James 3:2 For in many things we offend all. If any man offend not in word, the same is a perfect man, and able also to bridle the whole body.
A normal, natural reading of the beginning of this verse in English would lead one to believe that James teaches that in many things we offend all people, that is, we offend everybody, everyone etc. That reading regards “all” as the direct object of the verb “offend,” which is what a proper understanding of normal English grammar and syntax would indicate for that phrasing.
An examination of the original text, however, shows that this is a wrong understanding of what James teaches. Regardless of which Greek manuscript families we look at (BGT, BYZ, or SCR), the original reading is the same—the Greek word (ἅπαντες) that is rendered “all” in the verse is in a Greek case (the nominative case) that is *never* the direct object of a verb.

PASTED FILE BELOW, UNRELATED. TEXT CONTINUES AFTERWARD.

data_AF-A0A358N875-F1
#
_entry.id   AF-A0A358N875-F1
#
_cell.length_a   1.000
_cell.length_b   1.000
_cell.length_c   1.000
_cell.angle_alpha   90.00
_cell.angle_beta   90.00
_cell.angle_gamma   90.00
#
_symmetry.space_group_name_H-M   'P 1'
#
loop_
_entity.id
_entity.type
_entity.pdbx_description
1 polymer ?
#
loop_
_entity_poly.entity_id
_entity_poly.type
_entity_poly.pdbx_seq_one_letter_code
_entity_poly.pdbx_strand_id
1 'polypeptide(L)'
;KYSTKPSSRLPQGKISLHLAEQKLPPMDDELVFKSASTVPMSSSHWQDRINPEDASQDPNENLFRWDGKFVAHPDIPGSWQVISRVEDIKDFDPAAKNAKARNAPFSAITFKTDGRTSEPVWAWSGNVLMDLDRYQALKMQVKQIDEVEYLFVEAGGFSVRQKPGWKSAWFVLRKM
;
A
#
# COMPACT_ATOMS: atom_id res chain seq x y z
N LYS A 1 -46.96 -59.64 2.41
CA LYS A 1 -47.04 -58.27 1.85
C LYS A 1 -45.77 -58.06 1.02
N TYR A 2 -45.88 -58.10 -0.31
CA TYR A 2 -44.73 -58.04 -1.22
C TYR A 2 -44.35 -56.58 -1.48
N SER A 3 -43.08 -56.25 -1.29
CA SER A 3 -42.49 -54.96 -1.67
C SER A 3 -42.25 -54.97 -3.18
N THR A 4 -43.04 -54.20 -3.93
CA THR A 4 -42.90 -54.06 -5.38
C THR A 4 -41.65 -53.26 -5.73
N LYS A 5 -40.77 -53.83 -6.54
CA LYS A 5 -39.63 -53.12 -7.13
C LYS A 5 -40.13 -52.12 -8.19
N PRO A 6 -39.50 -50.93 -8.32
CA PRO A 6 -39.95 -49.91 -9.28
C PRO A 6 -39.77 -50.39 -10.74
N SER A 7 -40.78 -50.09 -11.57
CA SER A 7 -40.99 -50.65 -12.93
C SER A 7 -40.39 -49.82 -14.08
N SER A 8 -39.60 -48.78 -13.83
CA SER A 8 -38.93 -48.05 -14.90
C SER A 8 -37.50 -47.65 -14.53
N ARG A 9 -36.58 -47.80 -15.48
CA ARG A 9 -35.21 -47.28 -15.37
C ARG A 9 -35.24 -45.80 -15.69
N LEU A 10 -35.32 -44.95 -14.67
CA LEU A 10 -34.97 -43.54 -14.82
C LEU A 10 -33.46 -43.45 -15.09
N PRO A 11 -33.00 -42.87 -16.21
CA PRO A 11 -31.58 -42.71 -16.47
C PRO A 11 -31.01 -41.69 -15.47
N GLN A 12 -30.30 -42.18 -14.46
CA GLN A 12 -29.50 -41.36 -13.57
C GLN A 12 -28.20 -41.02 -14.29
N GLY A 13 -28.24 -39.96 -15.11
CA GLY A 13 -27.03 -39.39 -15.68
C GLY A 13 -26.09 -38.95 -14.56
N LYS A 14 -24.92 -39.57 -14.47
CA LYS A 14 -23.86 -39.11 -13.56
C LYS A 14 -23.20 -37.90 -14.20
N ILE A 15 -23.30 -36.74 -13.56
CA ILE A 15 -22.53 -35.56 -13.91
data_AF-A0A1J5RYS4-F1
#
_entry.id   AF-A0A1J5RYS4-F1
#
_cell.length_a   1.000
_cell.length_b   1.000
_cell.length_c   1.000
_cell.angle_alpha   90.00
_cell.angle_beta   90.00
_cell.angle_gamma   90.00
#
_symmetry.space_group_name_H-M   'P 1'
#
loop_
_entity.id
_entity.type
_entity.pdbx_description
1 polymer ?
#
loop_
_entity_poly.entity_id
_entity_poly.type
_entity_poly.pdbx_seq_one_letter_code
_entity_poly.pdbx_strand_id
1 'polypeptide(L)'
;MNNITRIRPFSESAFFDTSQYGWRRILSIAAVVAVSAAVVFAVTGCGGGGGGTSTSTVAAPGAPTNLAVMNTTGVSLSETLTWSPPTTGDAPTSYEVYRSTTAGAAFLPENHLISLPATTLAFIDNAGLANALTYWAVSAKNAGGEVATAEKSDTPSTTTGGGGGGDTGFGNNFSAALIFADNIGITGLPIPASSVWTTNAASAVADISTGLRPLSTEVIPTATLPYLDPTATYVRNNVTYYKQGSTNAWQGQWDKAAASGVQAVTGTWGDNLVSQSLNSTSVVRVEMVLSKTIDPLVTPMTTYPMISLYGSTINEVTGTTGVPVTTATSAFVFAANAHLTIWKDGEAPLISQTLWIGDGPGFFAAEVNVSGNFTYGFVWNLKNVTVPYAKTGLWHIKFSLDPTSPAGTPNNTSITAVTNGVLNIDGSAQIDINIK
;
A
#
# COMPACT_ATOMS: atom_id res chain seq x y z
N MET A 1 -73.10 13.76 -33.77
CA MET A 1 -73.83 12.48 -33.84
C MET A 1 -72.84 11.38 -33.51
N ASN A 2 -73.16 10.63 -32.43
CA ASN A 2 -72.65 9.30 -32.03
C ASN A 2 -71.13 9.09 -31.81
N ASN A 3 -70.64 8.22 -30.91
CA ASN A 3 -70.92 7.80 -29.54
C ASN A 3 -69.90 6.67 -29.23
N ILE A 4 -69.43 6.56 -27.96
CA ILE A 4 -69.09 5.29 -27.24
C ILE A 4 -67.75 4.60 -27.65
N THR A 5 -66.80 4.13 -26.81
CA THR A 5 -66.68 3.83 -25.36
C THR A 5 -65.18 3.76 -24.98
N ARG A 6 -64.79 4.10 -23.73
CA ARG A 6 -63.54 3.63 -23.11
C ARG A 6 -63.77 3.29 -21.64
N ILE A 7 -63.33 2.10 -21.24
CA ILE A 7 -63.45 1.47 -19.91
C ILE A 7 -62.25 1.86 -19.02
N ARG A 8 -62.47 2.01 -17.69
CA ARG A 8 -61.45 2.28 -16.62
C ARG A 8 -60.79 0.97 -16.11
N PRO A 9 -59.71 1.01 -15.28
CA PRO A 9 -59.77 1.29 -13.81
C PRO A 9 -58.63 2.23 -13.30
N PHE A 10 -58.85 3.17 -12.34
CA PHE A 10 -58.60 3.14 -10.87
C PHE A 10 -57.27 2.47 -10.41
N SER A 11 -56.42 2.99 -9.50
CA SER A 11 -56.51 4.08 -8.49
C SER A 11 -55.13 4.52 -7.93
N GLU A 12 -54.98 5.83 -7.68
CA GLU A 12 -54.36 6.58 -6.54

BGT James 3:2 πολλὰ γὰρ πταίομεν ἅπαντες. εἴ τις ἐν λόγῳ οὐ πταίει, οὗτος τέλειος ἀνὴρ δυνατὸς χαλιναγωγῆσαι καὶ ὅλον τὸ σῶμα.
BYZ James 3:2 Πολλὰ γὰρ πταίομεν ἅπαντες. Εἴ τις ἐν λόγῳ οὐ πταίει, οὗτος τέλειος ἀνήρ, δυνατὸς χαλιναγωγῆσαι καὶ ὅλον τὸ σῶμα.
SCR James 3:2 πολλὰ γὰρ πταίομεν ἅπαντες. εἴ τις ἐν λόγῳ οὐ πταίει, οὗτος τέλειος ἀνήρ, δυνατὸς χαλιναγωγῆσαι καὶ ὅλον τὸ σῶμα.
The correct understanding of the first part of James 3:2, therefore, is that we all offend in many things—it is not that we offend all people, everyone, etc.
This is a clear example that shows how reading the Bible in the original languages can greatly help us to interpret it correctly!
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